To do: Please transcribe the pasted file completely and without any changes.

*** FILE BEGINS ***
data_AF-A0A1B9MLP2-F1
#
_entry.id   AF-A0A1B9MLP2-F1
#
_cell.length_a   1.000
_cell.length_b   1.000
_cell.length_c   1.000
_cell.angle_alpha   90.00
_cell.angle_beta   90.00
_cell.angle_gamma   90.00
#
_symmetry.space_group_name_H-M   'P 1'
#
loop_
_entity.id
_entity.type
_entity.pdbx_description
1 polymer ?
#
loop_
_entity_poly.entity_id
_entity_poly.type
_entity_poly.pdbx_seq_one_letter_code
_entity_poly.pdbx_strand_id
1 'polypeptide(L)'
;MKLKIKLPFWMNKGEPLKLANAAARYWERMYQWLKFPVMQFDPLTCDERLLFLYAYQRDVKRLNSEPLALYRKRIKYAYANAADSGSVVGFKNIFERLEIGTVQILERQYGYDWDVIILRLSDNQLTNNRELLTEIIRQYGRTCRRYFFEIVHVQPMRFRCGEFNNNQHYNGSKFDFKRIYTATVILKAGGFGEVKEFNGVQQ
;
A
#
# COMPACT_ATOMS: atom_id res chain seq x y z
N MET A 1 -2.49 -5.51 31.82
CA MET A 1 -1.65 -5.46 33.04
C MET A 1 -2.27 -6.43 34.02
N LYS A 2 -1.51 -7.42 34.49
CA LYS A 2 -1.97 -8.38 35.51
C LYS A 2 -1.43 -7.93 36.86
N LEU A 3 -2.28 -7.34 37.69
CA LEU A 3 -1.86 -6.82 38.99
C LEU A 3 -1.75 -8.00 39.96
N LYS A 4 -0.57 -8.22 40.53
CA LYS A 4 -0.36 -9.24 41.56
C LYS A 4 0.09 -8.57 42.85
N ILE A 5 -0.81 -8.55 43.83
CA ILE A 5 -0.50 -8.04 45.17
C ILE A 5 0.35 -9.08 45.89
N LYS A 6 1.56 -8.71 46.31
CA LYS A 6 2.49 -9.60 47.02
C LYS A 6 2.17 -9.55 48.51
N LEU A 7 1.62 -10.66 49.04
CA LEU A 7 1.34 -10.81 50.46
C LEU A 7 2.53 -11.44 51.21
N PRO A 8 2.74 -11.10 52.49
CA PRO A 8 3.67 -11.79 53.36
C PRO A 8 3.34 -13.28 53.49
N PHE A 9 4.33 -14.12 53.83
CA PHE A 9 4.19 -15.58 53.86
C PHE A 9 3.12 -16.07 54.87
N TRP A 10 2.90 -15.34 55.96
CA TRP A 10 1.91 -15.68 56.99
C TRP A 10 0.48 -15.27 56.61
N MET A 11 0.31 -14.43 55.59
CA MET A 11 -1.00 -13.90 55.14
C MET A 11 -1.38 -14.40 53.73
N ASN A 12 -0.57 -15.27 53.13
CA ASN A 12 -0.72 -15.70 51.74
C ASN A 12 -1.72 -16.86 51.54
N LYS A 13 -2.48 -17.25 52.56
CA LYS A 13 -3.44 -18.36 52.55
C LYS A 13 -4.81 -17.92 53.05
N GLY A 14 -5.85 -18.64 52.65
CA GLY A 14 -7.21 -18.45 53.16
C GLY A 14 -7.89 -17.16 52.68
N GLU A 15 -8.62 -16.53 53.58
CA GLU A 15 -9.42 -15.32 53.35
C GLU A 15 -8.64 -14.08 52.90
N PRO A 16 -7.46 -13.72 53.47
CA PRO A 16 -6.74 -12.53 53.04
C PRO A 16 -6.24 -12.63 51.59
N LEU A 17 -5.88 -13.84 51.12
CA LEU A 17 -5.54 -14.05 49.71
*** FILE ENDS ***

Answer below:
data_AF-A0A1B9MLP2-F1
#
_entry.id   AF-A0A1B9MLP2-F1
#
_cell.length_a   1.000
_cell.length_b   1.000
_cell.length_c   1.000
_cell.angle_alpha   90.00
_cell.angle_beta   90.00
_cell.angle_gamma   90.00
#
_symmetry.space_group_name_H-M   'P 1'
#
loop_
_entity.id
_entity.type
_entity.pdbx_description
1 polymer ?
#
loop_
_entity_poly.entity_id
_entity_poly.type
_entity_poly.pdbx_seq_one_letter_code
_entity_poly.pdbx_strand_id
1 'polypeptide(L)'
;MKLKIKLPFWMNKGEPLKLANAAARYWERMYQWLKFPVMQFDPLTCDERLLFLYAYQRDVKRLNSEPLALYRKRIKYAYANAADSGSVVGFKNIFERLEIGTVQILERQYGYDWDVIILRLSDNQLTNNRELLTEIIRQYGRTCRRYFFEIVHVQPMRFRCGEFNNNQHYNGSKFDFKRIYTATVILKAGGFGEVKEFNGVQQ
;
A
#
# COMPACT_ATOMS: atom_id res chain seq x y z
N MET A 1 -2.49 -5.51 31.82
CA MET A 1 -1.65 -5.46 33.04
C MET A 1 -2.27 -6.43 34.02
N LYS A 2 -1.51 -7.42 34.49
CA LYS A 2 -1.97 -8.38 35.51
C LYS A 2 -1.43 -7.93 36.86
N LEU A 3 -2.28 -7.34 37.69
CA LEU A 3 -1.86 -6.82 38.99
C LEU A 3 -1.75 -8.00 39.96
N LYS A 4 -0.57 -8.22 40.53
CA LYS A 4 -0.36 -9.24 41.56
C LYS A 4 0.09 -8.57 42.85
N ILE A 5 -0.81 -8.55 43.83
CA ILE A 5 -0.50 -8.04 45.17
C ILE A 5 0.35 -9.08 45.89
N LYS A 6 1.56 -8.71 46.31
CA LYS A 6 2.49 -9.60 47.02
C LYS A 6 2.17 -9.55 48.51
N LEU A 7 1.62 -10.66 49.04
CA LEU A 7 1.34 -10.81 50.46
C LEU A 7 2.53 -11.44 51.21
N PRO A 8 2.74 -11.10 52.49
CA PRO A 8 3.67 -11.79 53.36
C PRO A 8 3.34 -13.28 53.49
N PHE A 9 4.33 -14.12 53.83
CA PHE A 9 4.19 -15.58 53.86
C PHE A 9 3.12 -16.07 54.87
N TRP A 10 2.90 -15.34 55.96
CA TRP A 10 1.91 -15.68 56.99
C TRP A 10 0.48 -15.27 56.61
N MET A 11 0.31 -14.43 55.59
CA MET A 11 -1.00 -13.90 55.14
C MET A 11 -1.38 -14.40 53.73
N ASN A 12 -0.57 -15.27 53.13
CA ASN A 12 -0.72 -15.70 51.74
C ASN A 12 -1.72 -16.86 51.54
N LYS A 13 -2.48 -17.25 52.56
CA LYS A 13 -3.44 -18.36 52.55
C LYS A 13 -4.81 -17.92 53.05
N GLY A 14 -5.85 -18.64 52.65
CA GLY A 14 -7.21 -18.45 53.16
C GLY A 14 -7.89 -17.16 52.68
N GLU A 15 -8.62 -16.53 53.58
CA GLU A 15 -9.42 -15.32 53.35
C GLU A 15 -8.64 -14.08 52.90
N PRO A 16 -7.46 -13.72 53.47
CA PRO A 16 -6.74 -12.53 53.04
C PRO A 16 -6.24 -12.63 51.59
N LEU A 17 -5.88 -13.84 51.12
CA LEU A 17 -5.54 -14.05 49.71